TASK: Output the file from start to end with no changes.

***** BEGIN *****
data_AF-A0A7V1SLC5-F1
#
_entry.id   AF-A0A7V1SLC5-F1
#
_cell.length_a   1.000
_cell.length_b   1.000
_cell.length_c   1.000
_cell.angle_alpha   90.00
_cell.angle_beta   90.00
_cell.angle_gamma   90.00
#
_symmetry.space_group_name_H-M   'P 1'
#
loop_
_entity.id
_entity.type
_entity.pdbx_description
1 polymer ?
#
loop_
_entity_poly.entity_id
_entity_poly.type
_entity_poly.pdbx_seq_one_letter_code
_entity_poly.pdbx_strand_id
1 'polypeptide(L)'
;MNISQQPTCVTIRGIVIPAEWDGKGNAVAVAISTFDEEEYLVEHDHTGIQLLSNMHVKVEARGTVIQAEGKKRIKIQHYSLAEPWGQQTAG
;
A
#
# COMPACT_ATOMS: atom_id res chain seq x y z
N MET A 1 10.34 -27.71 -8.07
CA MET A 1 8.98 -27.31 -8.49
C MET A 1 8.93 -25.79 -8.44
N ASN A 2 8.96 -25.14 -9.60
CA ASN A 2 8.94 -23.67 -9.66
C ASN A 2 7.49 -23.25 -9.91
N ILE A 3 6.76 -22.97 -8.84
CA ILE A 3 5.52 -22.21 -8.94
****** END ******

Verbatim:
data_AF-A0A7V1SLC5-F1
#
_entry.id   AF-A0A7V1SLC5-F1
#
_cell.length_a   1.000
_cell.length_b   1.000
_cell.length_c   1.000
_cell.angle_alpha   90.00
_cell.angle_beta   90.00
_cell.angle_gamma   90.00
#
_symmetry.space_group_name_H-M   'P 1'
#
loop_
_entity.id
_entity.type
_entity.pdbx_description
1 polymer ?
#
loop_
_entity_poly.entity_id
_entity_poly.type
_entity_poly.pdbx_seq_one_letter_code
_entity_poly.pdbx_strand_id
1 'polypeptide(L)'
;MNISQQPTCVTIRGIVIPAEWDGKGNAVAVAISTFDEEEYLVEHDHTGIQLLSNMHVKVEARGTVIQAEGKKRIKIQHYSLAEPWGQQTAG
;
A
#
# COMPACT_ATOMS: atom_id res chain seq x y z
N MET A 1 10.34 -27.71 -8.07
CA MET A 1 8.98 -27.31 -8.49
C MET A 1 8.93 -25.79 -8.44
N ASN A 2 8.96 -25.14 -9.60
CA ASN A 2 8.94 -23.67 -9.66
C ASN A 2 7.49 -23.25 -9.91
N ILE A 3 6.76 -22.97 -8.84
CA ILE A 3 5.52 -22.21 -8.94